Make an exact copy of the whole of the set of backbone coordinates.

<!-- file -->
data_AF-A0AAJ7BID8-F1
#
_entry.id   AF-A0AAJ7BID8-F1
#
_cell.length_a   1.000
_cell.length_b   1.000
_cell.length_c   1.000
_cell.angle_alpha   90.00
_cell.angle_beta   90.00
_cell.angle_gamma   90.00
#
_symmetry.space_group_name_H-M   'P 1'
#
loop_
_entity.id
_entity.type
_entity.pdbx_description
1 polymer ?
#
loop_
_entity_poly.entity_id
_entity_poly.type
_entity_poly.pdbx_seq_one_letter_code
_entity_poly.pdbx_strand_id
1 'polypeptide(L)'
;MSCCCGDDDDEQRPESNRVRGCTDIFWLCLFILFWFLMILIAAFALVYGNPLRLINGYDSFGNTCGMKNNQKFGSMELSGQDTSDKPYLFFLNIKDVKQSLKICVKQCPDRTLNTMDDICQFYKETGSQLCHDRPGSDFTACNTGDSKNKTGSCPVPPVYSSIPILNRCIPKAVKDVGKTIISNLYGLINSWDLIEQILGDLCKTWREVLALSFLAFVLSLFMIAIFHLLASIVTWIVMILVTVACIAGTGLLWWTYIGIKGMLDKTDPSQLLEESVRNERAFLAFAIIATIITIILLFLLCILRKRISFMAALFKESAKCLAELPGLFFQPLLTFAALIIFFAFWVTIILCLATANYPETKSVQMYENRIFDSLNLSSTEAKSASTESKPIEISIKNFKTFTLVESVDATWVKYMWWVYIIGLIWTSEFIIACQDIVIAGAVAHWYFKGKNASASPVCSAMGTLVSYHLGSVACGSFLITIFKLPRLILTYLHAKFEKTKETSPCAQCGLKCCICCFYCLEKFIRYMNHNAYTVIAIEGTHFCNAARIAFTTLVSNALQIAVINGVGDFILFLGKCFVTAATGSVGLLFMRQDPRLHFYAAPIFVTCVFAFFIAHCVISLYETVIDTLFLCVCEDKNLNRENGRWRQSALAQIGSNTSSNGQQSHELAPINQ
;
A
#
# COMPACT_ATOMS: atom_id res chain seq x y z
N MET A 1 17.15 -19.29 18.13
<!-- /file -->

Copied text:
data_AF-A0AAJ7BID8-F1
#
_entry.id   AF-A0AAJ7BID8-F1
#
_cell.length_a   1.000
_cell.length_b   1.000
_cell.length_c   1.000
_cell.angle_alpha   90.00
_cell.angle_beta   90.00
_cell.angle_gamma   90.00
#
_symmetry.space_group_name_H-M   'P 1'
#
loop_
_entity.id
_entity.type
_entity.pdbx_description
1 polymer ?
#
loop_
_entity_poly.entity_id
_entity_poly.type
_entity_poly.pdbx_seq_one_letter_code
_entity_poly.pdbx_strand_id
1 'polypeptide(L)'
;MSCCCGDDDDEQRPESNRVRGCTDIFWLCLFILFWFLMILIAAFALVYGNPLRLINGYDSFGNTCGMKNNQKFGSMELSGQDTSDKPYLFFLNIKDVKQSLKICVKQCPDRTLNTMDDICQFYKETGSQLCHDRPGSDFTACNTGDSKNKTGSCPVPPVYSSIPILNRCIPKAVKDVGKTIISNLYGLINSWDLIEQILGDLCKTWREVLALSFLAFVLSLFMIAIFHLLASIVTWIVMILVTVACIAGTGLLWWTYIGIKGMLDKTDPSQLLEESVRNERAFLAFAIIATIITIILLFLLCILRKRISFMAALFKESAKCLAELPGLFFQPLLTFAALIIFFAFWVTIILCLATANYPETKSVQMYENRIFDSLNLSSTEAKSASTESKPIEISIKNFKTFTLVESVDATWVKYMWWVYIIGLIWTSEFIIACQDIVIAGAVAHWYFKGKNASASPVCSAMGTLVSYHLGSVACGSFLITIFKLPRLILTYLHAKFEKTKETSPCAQCGLKCCICCFYCLEKFIRYMNHNAYTVIAIEGTHFCNAARIAFTTLVSNALQIAVINGVGDFILFLGKCFVTAATGSVGLLFMRQDPRLHFYAAPIFVTCVFAFFIAHCVISLYETVIDTLFLCVCEDKNLNRENGRWRQSALAQIGSNTSSNGQQSHELAPINQ
;
A
#
# COMPACT_ATOMS: atom_id res chain seq x y z
N MET A 1 17.15 -19.29 18.13